While age-associated B cells (ABCs) are known to expand and persist following viral infection and during autoimmunity, their interactions are yet to be studied together in these contexts. Epstein-Barr virus (EBV) infection has long been implicated in multiple sclerosis (MS), and it is not known whether ABCs could play a role in mediating viral contribution to autoimmunity. Here, we show that the circulating ABC population is expanded in people with MS and that EBV infection and MS status differentially impact the circulating ABC phenotype. We then directly compared ABCs during viral infection and autoimmunity using mouse models of EBV, gammaherpesvirus 68 (γHV68), and MS, experimental autoimmune encephalomyelitis (EAE). We observed that splenic ABCs are expanded in a sex-biased manner during both latent virus infection and EAE, and each event drives the ABC population to opposing phenotypes. We have previously shown that latent γHV68 infection exacerbates EAE and here we show that mice lacking ABCs fail to display γHV68-enhanced disease. Collectively, these findings indicate that latent viral infection and central nervous system autoimmunity differentially impact the ABC population and suggests that viral infections such as EBV prime ABCs to contribute pathogenically in MS.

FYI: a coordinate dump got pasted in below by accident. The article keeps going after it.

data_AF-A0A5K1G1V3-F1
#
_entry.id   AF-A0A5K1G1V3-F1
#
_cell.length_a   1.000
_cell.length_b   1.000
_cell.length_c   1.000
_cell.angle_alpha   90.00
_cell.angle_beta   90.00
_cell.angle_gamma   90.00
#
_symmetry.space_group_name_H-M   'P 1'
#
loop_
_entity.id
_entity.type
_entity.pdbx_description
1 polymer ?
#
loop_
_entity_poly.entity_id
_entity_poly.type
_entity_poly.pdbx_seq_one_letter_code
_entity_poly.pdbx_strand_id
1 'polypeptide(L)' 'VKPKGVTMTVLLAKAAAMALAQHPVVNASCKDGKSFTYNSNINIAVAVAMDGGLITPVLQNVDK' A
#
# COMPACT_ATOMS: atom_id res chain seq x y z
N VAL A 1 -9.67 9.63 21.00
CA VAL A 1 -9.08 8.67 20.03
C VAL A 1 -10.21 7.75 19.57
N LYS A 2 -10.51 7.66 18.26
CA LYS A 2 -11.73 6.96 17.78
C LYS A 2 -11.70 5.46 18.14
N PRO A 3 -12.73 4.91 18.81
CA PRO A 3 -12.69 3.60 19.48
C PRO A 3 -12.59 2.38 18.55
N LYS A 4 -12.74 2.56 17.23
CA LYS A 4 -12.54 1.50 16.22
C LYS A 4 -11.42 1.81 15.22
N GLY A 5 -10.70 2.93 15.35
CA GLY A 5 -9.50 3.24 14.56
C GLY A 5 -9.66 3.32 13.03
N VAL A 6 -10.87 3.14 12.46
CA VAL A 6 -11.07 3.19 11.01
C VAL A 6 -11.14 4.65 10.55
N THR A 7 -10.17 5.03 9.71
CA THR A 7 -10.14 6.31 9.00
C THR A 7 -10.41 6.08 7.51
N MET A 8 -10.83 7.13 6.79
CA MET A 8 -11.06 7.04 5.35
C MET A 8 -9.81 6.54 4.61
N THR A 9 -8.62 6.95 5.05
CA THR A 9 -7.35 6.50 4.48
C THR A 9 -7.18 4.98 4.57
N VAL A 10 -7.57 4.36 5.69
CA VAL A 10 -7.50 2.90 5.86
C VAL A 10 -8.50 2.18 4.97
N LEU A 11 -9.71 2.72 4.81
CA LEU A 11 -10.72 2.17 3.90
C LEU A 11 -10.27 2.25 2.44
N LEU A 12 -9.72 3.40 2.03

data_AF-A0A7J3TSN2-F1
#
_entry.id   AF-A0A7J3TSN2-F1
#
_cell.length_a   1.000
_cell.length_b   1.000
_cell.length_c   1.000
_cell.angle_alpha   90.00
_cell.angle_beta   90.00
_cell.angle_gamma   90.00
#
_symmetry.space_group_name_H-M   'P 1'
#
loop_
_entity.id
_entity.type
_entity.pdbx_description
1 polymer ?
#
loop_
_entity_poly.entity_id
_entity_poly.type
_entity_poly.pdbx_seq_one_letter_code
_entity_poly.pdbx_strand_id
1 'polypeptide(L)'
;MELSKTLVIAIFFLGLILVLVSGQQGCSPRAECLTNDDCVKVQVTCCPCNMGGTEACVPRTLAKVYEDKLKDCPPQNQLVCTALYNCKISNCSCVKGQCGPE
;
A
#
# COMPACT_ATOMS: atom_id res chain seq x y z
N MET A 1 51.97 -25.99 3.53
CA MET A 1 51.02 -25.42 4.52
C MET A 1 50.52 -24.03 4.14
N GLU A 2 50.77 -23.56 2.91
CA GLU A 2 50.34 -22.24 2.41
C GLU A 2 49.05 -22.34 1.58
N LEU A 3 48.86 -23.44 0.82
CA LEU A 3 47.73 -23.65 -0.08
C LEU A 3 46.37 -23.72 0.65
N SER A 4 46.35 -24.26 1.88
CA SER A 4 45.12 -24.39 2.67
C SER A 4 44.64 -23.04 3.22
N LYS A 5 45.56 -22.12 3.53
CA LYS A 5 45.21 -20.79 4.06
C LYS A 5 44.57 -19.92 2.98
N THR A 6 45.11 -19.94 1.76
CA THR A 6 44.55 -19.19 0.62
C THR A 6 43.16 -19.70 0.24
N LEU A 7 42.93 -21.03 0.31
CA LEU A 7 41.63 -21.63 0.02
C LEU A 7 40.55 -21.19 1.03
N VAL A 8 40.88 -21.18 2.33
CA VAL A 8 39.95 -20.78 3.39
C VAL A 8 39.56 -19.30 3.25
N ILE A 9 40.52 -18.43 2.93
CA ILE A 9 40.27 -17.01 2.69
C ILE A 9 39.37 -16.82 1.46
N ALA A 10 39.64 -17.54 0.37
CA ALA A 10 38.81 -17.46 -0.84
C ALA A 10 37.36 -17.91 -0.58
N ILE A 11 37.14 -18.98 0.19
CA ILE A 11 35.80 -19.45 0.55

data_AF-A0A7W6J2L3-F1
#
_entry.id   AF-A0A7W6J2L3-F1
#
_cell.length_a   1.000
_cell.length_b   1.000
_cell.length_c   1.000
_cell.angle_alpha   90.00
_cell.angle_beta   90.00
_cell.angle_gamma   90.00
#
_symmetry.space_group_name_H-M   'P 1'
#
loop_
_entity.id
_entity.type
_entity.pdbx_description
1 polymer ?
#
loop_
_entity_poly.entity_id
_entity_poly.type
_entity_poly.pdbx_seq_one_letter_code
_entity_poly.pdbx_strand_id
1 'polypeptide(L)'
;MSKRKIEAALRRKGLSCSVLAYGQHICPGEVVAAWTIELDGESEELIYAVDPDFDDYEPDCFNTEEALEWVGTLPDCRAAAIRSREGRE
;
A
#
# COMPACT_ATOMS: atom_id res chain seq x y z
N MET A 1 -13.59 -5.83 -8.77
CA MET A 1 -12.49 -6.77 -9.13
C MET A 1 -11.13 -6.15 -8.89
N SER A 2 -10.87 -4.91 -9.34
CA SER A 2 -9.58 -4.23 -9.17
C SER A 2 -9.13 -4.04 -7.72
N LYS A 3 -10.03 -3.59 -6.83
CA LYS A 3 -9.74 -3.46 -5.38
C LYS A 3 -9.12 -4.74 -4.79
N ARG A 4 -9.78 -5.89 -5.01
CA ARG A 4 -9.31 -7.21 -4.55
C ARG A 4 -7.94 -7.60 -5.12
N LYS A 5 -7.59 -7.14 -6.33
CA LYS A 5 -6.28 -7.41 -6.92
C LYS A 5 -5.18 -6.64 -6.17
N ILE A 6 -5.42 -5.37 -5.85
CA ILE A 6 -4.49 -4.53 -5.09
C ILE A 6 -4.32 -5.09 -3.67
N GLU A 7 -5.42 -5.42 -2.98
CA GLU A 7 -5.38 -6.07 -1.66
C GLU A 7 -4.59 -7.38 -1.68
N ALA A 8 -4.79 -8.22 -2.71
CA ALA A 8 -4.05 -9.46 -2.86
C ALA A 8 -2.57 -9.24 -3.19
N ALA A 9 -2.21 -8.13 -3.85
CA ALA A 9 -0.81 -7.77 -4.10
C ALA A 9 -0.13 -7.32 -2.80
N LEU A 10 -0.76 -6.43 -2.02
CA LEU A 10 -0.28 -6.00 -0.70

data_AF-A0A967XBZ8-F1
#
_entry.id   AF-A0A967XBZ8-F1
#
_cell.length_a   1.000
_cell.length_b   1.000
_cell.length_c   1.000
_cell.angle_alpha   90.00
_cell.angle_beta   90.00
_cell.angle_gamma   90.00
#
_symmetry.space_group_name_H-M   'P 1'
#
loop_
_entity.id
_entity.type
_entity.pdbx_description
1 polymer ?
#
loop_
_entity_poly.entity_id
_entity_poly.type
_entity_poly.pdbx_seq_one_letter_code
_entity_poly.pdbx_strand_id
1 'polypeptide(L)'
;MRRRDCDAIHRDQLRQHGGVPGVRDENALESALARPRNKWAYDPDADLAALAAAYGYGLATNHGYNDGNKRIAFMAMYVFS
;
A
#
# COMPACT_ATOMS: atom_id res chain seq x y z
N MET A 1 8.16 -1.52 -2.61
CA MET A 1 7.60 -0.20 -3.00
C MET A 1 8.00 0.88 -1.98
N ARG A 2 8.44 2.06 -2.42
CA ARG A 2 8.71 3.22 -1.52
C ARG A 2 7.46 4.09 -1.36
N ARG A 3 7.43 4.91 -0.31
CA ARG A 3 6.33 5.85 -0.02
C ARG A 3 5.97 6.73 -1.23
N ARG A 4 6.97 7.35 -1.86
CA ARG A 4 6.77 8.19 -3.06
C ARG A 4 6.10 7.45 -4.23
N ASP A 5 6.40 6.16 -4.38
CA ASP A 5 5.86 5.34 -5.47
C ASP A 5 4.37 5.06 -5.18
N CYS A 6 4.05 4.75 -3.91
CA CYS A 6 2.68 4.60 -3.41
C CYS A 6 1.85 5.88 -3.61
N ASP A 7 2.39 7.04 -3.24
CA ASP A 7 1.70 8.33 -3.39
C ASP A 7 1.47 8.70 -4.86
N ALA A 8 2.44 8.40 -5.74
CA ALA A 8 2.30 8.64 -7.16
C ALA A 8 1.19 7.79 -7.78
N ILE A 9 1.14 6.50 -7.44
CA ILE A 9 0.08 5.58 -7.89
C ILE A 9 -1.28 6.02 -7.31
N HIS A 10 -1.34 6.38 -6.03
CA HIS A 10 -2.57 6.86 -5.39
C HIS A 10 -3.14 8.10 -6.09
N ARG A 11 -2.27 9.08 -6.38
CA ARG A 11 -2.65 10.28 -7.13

< Back to Articles